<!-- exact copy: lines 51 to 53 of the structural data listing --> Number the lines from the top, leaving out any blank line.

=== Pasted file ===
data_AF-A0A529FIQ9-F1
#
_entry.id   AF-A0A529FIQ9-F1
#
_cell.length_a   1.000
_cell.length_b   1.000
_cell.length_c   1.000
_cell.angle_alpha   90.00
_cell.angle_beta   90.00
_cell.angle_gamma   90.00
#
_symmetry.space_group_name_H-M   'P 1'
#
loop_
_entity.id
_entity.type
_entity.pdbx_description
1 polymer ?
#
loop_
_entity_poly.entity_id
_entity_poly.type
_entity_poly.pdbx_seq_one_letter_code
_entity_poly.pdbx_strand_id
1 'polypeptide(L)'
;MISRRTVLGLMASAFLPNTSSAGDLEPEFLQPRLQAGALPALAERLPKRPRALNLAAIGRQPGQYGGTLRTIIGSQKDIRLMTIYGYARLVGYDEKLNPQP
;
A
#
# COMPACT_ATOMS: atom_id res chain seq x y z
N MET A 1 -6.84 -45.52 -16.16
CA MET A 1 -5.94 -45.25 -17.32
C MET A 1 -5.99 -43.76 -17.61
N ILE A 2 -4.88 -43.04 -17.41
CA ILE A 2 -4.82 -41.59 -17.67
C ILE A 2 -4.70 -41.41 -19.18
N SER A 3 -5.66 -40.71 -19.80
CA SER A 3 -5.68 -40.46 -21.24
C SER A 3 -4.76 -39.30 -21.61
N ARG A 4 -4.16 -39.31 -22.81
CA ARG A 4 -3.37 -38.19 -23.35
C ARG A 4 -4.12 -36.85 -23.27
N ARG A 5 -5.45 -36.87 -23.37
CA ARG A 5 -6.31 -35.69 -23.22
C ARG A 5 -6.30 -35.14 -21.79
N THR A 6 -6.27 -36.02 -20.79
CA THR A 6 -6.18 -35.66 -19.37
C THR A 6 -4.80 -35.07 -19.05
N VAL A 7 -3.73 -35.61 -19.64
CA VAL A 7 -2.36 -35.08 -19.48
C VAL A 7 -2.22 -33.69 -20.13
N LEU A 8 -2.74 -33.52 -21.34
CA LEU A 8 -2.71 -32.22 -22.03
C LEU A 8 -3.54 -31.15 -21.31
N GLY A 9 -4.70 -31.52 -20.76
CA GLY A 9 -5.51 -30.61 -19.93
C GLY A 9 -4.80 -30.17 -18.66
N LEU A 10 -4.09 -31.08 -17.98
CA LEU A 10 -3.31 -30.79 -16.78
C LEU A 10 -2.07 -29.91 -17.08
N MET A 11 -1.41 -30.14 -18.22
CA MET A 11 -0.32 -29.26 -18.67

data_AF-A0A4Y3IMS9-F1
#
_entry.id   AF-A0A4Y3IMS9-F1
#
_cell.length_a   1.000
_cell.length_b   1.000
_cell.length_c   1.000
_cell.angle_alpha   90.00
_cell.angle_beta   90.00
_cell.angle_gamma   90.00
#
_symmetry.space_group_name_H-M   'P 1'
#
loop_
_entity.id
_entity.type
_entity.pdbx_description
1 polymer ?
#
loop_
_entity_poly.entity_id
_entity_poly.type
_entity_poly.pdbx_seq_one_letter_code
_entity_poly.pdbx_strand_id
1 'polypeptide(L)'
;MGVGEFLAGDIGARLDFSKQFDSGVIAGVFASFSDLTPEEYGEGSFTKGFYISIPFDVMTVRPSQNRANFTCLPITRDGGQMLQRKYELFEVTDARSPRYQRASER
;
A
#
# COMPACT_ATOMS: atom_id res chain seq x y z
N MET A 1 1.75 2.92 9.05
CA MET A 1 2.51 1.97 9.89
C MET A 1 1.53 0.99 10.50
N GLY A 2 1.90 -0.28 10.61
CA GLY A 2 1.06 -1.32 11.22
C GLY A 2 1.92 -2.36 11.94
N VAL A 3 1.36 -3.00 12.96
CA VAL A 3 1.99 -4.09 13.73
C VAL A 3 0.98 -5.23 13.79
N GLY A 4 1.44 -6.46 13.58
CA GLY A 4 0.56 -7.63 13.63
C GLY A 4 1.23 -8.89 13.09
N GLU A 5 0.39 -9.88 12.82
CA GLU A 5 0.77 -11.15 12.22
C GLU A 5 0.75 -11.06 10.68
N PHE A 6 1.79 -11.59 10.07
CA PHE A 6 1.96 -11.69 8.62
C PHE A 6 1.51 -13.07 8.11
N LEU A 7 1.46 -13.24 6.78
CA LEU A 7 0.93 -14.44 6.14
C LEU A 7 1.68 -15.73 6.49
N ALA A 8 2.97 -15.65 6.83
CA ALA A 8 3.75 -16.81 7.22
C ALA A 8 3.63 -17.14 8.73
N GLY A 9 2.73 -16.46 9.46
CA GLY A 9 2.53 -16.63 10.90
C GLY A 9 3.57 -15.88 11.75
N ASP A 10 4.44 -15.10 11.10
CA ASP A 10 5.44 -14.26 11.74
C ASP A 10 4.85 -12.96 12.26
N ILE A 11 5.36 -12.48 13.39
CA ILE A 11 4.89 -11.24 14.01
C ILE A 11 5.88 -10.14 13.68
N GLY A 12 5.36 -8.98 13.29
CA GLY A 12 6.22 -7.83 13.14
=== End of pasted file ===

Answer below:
C VAL A 7 -2.22 -33.69 -20.13
N LEU A 8 -2.74 -33.52 -21.34
CA LEU A 8 -2.71 -32.22 -22.03